>12-hour Anabolic Window...Bro

February 22, 2017


Readers of my blog know that I am not a big fan of broscience. Sure, sometimes broscience can be pretty bang-on with its claims, but for the most part evidential science tells us otherwise.


One of the biggest myths or misconceptions that I hear all the time surrounds the supposed post workout 1-hour anaobolic window. This is certainly one of these things that since it's heard repeated so often, it just seems to be truth. In actuality, and I love Brad Schoenfeld's take on this, rather than calling it a post workout anabolic window, it should probably be called the post workout anabolic barn door.


A recent study in the American Journal of Physiology looked at just this idea:


Pre-sleep protein ingestion does not compromise the muscle protein synthetic response to protein ingested the following morning




Protein ingestion before sleep augments post-exercise muscle protein synthesis during overnight recovery. Purpose: It is unknown whether post-exercise and pre-sleep protein consumption modulates post-prandial protein handling and myofibrillar protein synthetic responses the following morning. Sixteen healthy young (24±1 y) men performed unilateral resistance-type exercise (contralateral leg acting as a resting control) at 20:00 h. Participants ingested 20 g protein immediately after exercise plus 60 g protein pre-sleep (PRO group; n=8) or equivalent boluses of carbohydrate (CON; n=8). The subsequent morning participants received primed-continuous infusions of L-[ring-2H5]phenylalanine and L-[1-13C]leucine combined with ingestion of 20 g intrinsically L-[1-13C]phenylalanine and L-[1-13C]leucine labelled protein to assess postprandial protein handling and myofibrillar protein synthesis in the rested and exercised leg in CON and PRO. Exercise increased post-absorptive myofibrillar protein synthesis rates the subsequent day (P<0.001), with no differences between treatments. Protein ingested in the morning increased myofibrillar protein synthesis in both the exercised- and rested-leg (P<0.01), with no differences between treatments. Myofibrillar protein bound L-[1-13C]phenylalanine enrichments were greater in the exercised (0.016±0.002 and 0.015±0.002 MPE in CON and PRO, respectively) versus rested (0.010±0.002 and 0.009±0.002 MPE in CON and PRO, respectively) leg (P<0.05), with no differences between treatments (P>0.05). The additive effects of resistance-type exercise and protein ingestion on myofibrillar protein synthesis persist for >12 h after exercise and are not modulated by protein consumption during acute post-exercise recovery. This work provides evidence of an extended window of opportunity where pre-sleep protein supplementation can be an effective nutrient timing strategy to optimize skeletal muscle reconditioning.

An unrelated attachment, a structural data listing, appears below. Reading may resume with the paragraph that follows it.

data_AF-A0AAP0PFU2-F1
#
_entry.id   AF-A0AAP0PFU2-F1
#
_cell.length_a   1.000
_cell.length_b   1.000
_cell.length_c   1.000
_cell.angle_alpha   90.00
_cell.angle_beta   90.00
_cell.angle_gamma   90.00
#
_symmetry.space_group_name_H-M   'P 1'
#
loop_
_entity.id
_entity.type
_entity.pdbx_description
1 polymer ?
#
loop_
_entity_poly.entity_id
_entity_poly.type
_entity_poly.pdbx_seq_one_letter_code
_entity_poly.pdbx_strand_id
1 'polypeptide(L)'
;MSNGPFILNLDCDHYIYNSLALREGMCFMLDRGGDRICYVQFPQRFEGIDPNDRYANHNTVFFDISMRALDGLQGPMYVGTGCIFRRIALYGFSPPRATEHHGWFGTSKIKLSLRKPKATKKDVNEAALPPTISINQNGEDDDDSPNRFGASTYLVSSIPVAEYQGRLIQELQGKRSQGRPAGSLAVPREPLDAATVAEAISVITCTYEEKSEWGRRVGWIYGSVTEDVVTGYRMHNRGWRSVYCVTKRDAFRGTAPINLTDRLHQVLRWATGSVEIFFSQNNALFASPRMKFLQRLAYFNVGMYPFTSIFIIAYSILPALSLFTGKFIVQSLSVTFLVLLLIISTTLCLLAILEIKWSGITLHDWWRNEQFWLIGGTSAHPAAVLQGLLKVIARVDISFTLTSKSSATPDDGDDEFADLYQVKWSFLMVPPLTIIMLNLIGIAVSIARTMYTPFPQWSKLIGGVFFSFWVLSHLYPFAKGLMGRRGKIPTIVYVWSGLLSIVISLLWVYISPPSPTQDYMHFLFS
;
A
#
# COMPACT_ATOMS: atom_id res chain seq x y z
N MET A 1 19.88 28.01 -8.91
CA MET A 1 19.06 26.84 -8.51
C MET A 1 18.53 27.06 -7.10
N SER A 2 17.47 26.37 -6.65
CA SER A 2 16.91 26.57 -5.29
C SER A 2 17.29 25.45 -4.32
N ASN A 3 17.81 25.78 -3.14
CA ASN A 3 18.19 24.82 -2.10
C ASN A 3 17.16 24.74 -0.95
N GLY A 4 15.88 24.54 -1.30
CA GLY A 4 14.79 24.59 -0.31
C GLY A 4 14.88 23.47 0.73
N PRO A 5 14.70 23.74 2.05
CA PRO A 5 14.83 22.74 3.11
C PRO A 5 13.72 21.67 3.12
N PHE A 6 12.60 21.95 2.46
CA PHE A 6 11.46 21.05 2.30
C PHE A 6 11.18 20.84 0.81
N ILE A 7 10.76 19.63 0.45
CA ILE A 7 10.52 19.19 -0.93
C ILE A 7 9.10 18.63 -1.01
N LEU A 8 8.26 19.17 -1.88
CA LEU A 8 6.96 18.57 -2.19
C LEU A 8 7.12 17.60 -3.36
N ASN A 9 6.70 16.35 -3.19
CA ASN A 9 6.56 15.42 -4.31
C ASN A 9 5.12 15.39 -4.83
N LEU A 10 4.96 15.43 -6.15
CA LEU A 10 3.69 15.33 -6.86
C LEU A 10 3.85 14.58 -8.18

This research is indicating that the timing of your protein ingestion probably isn't as important as you once thought, and the speed at which you down your shake isn't going to make or break your gainz. Instead, and something that I repeat to my clients time and time again, is focus on hitting your protein goals between the time you wake up and the time you go to bed - around 1g/lb. bodyweight. On top of that, and something that this study is suggesting, is that having some circulating protein in your system during the hours you are sleeping can be beneficial as well.


I would postulate that since human growth hormone spikes when you are sleeping (or more specifically, when you are fasting), it would be extremely beneficial for your body to have some readily-available amino acids for tissue growth, repair, and regeneration during that time. I personally wouldn't worry about the absorption rate of various types of protein either - casein vs. whey. The rate of digestion, followed by the rate of absorption and utilization are actually quite different. The rate-limiting step of protein absorption is based on the protein transports that carry the broken down amino acids from the intestines and eventually end up at the desired site of growth and repair (muscle tissue, for example).


Tyler Robbins B.Sc. CSCS
Director of Fitness
Head of CrossFit

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